Illinois Sen. Kirk won't support Trump, calls his statements 'un-American'

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Republican Sen. Mark Kirk of Illinois said June 7, 2016 that he cannot endorse Donald Trump after his comments about Judge Curiel. (WLS)

Republican Sen. Mark Kirk of Illinois reversed course Tuesday and announced that he couldn't support Donald Trump, calling his comments about a U.S.-born federal judge of Mexican heritage "un-American."

Also on Tuesday, House Speaker Paul Ryan, the highest elected GOP official, told reporters that "claiming a person can't do their job because of their race is sort of like the textbook definition of a racist comment. I think that should be absolutely disavowed. It's absolutely unacceptable."

Trump has said that U.S. District Judge Gonzalo Curiel, who is from northwest Indiana, can't preside fairly over a case involving Trump University because the judge is of Mexican heritage and Trump wants to build a wall between the U.S. and Mexico.

Ryan endorsed Trump only last week after a lengthy delay, just before the judge controversy flared, and affirmed that stance again Tuesday even while he was unstinting in his criticism of Trump's comments. "But do I believe Hillary Clinton is the answer? No, I do not," Ryan said.

Nineteen Republicans have denounced Trump for his comments about the federal judge, three of them have said they won't support him.

Kirk also raised questions about the businessman overseeing the nation's nuclear weapons as commander in chief.

U.S. Senator Mark Kirk

Kirk's full statement read: "I have spent my life building bridges and tearing down barriers-not building walls. That's why I find Donald Trump's belief that an American-born judge of Mexican descent is incapable of fairly presiding over his case is not only dead wrong, it is un-American. As the Presidential campaign progressed, I was hoping the rhetoric would tone down and reflect a campaign that was inclusive, thoughtful and principled. While I oppose the Democratic nominee, Donald Trump's latest statements, in context with past attacks on Hispanics, women and the disabled like me, make it certain that I cannot and will not support my party's nominee for President regardless of the political impact on my candidacy or the Republican Party. It is absolutely essential that we are guided by a commander-in-chief with a responsible and proper temperament, discretion and judgment. Our President must be fit to command the most powerful military the world has ever seen, including an arsenal of thousands of nuclear weapons. After much consideration, I have concluded that Donald Trump has not demonstrated the temperament necessary to assume the greatest office in the world."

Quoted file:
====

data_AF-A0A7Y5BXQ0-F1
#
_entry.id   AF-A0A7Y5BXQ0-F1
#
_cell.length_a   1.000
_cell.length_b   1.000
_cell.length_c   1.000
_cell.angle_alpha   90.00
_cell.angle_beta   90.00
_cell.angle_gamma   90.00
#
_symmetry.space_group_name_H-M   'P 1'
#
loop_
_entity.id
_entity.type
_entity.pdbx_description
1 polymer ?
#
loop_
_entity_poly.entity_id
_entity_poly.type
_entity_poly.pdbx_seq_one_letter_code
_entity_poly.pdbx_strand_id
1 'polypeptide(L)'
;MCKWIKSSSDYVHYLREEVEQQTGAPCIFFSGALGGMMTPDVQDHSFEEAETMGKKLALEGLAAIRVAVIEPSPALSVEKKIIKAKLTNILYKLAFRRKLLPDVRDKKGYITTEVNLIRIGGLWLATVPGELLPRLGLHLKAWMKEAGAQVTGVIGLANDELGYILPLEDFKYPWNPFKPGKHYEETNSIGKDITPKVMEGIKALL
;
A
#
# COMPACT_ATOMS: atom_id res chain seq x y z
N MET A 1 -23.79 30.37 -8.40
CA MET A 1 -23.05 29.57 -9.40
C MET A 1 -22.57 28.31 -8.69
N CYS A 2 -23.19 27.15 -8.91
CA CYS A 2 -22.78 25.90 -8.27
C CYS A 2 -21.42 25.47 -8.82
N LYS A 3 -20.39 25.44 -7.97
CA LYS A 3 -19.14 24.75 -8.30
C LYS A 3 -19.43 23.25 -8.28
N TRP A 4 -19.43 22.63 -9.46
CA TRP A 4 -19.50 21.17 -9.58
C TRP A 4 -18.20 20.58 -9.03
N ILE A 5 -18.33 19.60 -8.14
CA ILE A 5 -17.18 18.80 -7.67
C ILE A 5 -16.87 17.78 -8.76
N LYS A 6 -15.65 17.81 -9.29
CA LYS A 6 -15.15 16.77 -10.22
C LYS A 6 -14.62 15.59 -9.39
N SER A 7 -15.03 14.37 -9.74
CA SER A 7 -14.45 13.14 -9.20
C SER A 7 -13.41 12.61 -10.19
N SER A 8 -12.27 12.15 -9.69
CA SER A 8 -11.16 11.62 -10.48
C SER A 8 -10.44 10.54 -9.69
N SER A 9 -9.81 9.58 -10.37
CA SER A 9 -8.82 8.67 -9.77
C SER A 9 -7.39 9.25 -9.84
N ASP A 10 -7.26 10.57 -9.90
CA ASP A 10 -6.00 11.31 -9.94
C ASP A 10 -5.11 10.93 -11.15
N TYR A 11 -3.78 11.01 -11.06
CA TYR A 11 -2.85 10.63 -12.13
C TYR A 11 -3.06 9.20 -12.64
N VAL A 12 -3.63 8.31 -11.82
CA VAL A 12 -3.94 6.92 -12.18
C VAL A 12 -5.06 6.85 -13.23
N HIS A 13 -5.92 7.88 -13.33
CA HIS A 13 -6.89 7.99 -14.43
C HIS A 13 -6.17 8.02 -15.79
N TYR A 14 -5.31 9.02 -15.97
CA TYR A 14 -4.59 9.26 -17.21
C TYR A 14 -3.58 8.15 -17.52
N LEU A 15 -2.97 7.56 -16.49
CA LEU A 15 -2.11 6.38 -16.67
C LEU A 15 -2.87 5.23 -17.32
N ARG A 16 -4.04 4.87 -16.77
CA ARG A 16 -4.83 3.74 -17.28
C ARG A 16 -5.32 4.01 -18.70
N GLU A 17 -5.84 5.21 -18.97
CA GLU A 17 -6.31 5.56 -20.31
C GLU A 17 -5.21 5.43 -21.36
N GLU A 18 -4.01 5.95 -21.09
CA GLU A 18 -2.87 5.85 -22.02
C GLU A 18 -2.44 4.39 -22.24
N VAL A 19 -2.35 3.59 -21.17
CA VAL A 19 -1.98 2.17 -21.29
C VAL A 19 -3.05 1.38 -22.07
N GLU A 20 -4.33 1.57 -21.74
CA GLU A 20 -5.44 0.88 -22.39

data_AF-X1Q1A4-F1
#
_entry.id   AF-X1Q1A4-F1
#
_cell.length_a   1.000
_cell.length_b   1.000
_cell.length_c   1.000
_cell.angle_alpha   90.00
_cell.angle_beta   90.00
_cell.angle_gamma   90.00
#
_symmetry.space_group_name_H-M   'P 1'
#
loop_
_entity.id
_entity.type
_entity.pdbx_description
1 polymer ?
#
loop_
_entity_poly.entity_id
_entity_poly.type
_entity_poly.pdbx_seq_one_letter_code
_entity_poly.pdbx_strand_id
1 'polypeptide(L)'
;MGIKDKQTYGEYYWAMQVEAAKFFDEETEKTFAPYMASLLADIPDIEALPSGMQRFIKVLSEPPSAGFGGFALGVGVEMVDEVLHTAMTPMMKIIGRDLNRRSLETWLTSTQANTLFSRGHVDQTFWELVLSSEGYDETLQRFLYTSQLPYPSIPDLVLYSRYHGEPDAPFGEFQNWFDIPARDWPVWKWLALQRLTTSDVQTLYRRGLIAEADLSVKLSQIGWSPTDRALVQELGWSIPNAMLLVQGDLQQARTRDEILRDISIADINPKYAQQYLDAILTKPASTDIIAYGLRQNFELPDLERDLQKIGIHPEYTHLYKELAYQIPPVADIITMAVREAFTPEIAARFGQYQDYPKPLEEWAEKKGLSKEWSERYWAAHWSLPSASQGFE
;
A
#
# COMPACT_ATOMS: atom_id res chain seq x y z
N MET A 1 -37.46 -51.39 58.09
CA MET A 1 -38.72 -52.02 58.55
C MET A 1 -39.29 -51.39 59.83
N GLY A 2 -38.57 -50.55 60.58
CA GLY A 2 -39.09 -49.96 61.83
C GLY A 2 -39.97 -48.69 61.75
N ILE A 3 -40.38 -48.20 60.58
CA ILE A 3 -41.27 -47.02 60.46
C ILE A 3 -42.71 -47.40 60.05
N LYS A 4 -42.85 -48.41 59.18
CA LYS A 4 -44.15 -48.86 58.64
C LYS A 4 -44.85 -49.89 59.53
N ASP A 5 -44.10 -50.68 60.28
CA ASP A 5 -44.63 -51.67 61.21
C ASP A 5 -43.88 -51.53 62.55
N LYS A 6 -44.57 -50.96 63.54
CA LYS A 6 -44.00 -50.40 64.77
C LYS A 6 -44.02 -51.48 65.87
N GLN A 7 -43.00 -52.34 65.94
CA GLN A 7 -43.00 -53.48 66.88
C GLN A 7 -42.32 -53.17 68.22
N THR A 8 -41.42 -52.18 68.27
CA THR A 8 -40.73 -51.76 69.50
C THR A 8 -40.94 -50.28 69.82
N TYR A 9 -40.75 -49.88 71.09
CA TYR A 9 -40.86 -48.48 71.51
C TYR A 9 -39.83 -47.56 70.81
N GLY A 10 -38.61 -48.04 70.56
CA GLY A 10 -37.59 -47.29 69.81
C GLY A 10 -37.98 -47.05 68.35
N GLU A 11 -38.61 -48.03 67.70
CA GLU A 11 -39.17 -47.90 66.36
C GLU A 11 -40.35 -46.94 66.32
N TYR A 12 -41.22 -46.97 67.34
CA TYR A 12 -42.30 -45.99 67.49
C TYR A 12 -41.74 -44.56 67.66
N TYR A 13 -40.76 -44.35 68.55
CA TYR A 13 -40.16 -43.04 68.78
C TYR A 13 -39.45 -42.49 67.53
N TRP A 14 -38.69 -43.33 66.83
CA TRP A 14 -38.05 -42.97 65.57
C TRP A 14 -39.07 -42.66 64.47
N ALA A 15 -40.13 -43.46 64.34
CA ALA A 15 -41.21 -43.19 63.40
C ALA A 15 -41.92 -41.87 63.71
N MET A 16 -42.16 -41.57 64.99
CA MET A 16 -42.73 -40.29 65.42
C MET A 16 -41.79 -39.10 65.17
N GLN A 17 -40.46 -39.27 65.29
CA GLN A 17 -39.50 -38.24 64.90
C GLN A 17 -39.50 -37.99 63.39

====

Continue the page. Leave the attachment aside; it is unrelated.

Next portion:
In response, Tammy Duckworth, who looking to unseat Kirk, released a response to Kirk which read, in part: "What took so long? Apparently for Mark Kirk, it's acceptable to refer to Mexicans as rapists; to propose banning Muslims from entering the country; to call women fat pigs and dogs; to mock a reporter's disability; and to insult just about everyone who doesn't look like Donald Trump. Until today, and for nearly a year, Kirk was fine with all of that."


The flap comes as Republicans are struggling to close ranks behind Trump, and complicates those efforts.

Other Capitol Hill Republicans joined Ryan in heaping denunciations on Trump, yet in some cases continuing to back the billionaire in an awkward, arm's-length embrace.

Sen. Tim Scott, R-S.C., the only black Republican senator, called Trump's comments on the judge "racially toxic" yet said, "He needs to get onto the general election and we need to win."

"From what I know about Trump, he's not a racist. But he does make a lot of outrageous statements. And I think he ought to tone it down a little bit," said Sen. Orrin Hatch, R-Utah, while calling on the media to give Trump "leeway" for what he called a "mistake."

"Let's face it, meet the old Trump, just like the new Trump," said Sen. Jeff Flake, R-Ariz., who has long opposed the billionaire's candidacy. "We've got what we've got. That's not somebody who can win the White House."

"Where there's no talk of a convention challenge or anything else, this might spur it," Flake said of Trump's comments on the judge.

Democrats immediately ridiculed Ryan for denouncing Trump's comments as racist yet continuing to back his candidacy.

"Paul Ryan continues to endorse someone who spews racist rhetoric - the 'textbook definition' of a coward more concerned with partisan politics than the good of the country," said Meredith Kelly, spokeswoman for the Democratic Congressional Campaign Committee.
Related Topics:
politicsrepublicansmark kirkelectionu.s. & world
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